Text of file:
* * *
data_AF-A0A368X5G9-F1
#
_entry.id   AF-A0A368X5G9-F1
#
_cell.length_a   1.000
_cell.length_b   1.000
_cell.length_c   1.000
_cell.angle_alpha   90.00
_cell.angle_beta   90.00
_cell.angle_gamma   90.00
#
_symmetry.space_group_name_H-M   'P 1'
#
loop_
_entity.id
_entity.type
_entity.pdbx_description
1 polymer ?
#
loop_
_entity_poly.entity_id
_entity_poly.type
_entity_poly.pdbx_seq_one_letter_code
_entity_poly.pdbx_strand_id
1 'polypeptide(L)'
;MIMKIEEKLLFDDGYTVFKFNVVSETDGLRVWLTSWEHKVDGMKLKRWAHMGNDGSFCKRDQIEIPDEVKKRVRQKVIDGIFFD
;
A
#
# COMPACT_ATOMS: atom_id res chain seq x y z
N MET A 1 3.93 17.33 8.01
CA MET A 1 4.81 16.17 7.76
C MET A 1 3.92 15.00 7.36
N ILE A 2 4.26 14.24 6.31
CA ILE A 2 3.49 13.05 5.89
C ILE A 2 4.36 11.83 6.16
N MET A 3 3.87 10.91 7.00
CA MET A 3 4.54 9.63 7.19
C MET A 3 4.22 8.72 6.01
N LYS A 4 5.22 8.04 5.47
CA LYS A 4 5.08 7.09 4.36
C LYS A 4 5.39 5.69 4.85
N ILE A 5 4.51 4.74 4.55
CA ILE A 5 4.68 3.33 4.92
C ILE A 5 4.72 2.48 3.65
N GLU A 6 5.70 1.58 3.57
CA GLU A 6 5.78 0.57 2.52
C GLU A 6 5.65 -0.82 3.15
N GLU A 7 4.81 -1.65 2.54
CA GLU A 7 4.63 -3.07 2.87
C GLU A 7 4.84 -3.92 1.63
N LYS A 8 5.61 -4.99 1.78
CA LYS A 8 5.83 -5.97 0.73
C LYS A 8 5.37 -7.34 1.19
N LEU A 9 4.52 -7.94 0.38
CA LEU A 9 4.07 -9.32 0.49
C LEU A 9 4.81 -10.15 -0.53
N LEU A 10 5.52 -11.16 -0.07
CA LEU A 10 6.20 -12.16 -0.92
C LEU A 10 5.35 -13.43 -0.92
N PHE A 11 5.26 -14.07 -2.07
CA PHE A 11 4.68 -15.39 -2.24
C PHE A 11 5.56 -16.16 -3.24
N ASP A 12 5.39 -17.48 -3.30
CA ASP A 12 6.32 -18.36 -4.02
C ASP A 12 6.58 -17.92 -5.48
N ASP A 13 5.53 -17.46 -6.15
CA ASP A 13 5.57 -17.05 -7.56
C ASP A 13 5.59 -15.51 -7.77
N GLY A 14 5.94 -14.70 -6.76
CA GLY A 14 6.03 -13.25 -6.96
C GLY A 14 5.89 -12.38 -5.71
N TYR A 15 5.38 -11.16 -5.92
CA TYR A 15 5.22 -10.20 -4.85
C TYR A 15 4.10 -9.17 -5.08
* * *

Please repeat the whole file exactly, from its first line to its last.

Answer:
data_AF-A0A368X5G9-F1
#
_entry.id   AF-A0A368X5G9-F1
#
_cell.length_a   1.000
_cell.length_b   1.000
_cell.length_c   1.000
_cell.angle_alpha   90.00
_cell.angle_beta   90.00
_cell.angle_gamma   90.00
#
_symmetry.space_group_name_H-M   'P 1'
#
loop_
_entity.id
_entity.type
_entity.pdbx_description
1 polymer ?
#
loop_
_entity_poly.entity_id
_entity_poly.type
_entity_poly.pdbx_seq_one_letter_code
_entity_poly.pdbx_strand_id
1 'polypeptide(L)'
;MIMKIEEKLLFDDGYTVFKFNVVSETDGLRVWLTSWEHKVDGMKLKRWAHMGNDGSFCKRDQIEIPDEVKKRVRQKVIDGIFFD
;
A
#
# COMPACT_ATOMS: atom_id res chain seq x y z
N MET A 1 3.93 17.33 8.01
CA MET A 1 4.81 16.17 7.76
C MET A 1 3.92 15.00 7.36
N ILE A 2 4.26 14.24 6.31
CA ILE A 2 3.49 13.05 5.89
C ILE A 2 4.36 11.83 6.16
N MET A 3 3.87 10.91 7.00
CA MET A 3 4.54 9.63 7.19
C MET A 3 4.22 8.72 6.01
N LYS A 4 5.22 8.04 5.47
CA LYS A 4 5.08 7.09 4.36
C LYS A 4 5.39 5.69 4.85
N ILE A 5 4.51 4.74 4.55
CA ILE A 5 4.68 3.33 4.92
C ILE A 5 4.72 2.48 3.65
N GLU A 6 5.70 1.58 3.57
CA GLU A 6 5.78 0.57 2.52
C GLU A 6 5.65 -0.82 3.15
N GLU A 7 4.81 -1.65 2.54
CA GLU A 7 4.63 -3.07 2.87
C GLU A 7 4.84 -3.92 1.63
N LYS A 8 5.61 -4.99 1.78
CA LYS A 8 5.83 -5.97 0.73
C LYS A 8 5.37 -7.34 1.19
N LEU A 9 4.52 -7.94 0.38
CA LEU A 9 4.07 -9.32 0.49
C LEU A 9 4.81 -10.15 -0.53
N LEU A 10 5.52 -11.16 -0.07
CA LEU A 10 6.20 -12.16 -0.92
C LEU A 10 5.35 -13.43 -0.92
N PHE A 11 5.26 -14.07 -2.07
CA PHE A 11 4.68 -15.39 -2.24
C PHE A 11 5.56 -16.16 -3.24
N ASP A 12 5.39 -17.48 -3.30
CA ASP A 12 6.32 -18.36 -4.02
C ASP A 12 6.58 -17.92 -5.48
N ASP A 13 5.53 -17.46 -6.15
CA ASP A 13 5.57 -17.05 -7.56
C ASP A 13 5.59 -15.51 -7.77
N GLY A 14 5.94 -14.70 -6.76
CA GLY A 14 6.03 -13.25 -6.96
C GLY A 14 5.89 -12.38 -5.71
N TYR A 15 5.38 -11.16 -5.92
CA TYR A 15 5.22 -10.20 -4.85
C TYR A 15 4.10 -9.17 -5.08